Constructive Enabling: Applying a Wilderness Skills Intervention to Support the Therapeutic Change Process of Adolescent Females in Residential Treatment
The purpose of this study was to explore the potential benefits of a primitive wilderness skills intervention (POST) on the therapeutic change process of adolescent females enrolled in a residential treatment center. A qualitative data analysis approach was used. A convenience sample of eight female adolescents was selected by therapist referral. The data were analyzed using open, axial, and selective coding. Data analysis was used to assess participants' progress in the therapeutic change. Further analysis revealed a core theme connecting participants' POST experience with feelings of self-empowerment and reflective connections to their individual therapeutic change process. Constructive enabling was the gerund provided to represent this core theme. Attributes of constructive enabling included the opportunity for creative expression, the recognition of and reliance on social resources, the application of individual effort in challenging situations, the completion of a finished product, and the facilitation of reflective thought.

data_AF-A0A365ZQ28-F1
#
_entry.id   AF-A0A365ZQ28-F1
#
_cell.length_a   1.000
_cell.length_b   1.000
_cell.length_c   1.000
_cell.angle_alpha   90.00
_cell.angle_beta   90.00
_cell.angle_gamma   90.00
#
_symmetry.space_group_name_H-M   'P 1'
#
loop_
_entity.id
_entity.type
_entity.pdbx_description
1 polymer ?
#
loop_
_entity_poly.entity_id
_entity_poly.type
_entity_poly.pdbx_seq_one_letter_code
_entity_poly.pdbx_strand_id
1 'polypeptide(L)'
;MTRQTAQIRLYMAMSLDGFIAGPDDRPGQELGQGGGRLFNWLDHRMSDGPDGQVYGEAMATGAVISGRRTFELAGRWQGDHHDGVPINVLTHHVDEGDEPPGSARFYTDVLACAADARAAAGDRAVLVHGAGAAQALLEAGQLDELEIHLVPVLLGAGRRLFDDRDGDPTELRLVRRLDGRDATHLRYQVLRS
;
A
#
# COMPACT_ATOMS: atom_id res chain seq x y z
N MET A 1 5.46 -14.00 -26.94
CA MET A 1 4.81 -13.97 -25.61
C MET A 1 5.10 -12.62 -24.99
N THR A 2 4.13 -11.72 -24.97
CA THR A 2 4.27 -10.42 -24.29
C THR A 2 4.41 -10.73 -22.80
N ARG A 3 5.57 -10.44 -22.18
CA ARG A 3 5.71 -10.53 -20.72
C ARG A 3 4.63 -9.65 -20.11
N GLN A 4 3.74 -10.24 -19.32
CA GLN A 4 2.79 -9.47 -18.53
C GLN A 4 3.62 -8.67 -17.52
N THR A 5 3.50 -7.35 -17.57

College and Department
Marriott School of Management; Recreation Management
BYU ScholarsArchive Citation
Malcarne, Brian K., "Constructive Enabling: Applying a Wilderness Skills Intervention to Support the Therapeutic Change Process of Adolescent Females in Residential Treatment" (2007). Theses and Dissertations. 1265.
adolescence, adolescent treatment, therapeutic change, primitive wilderness skills, recreation therapy, wilderness therapy, residential treatment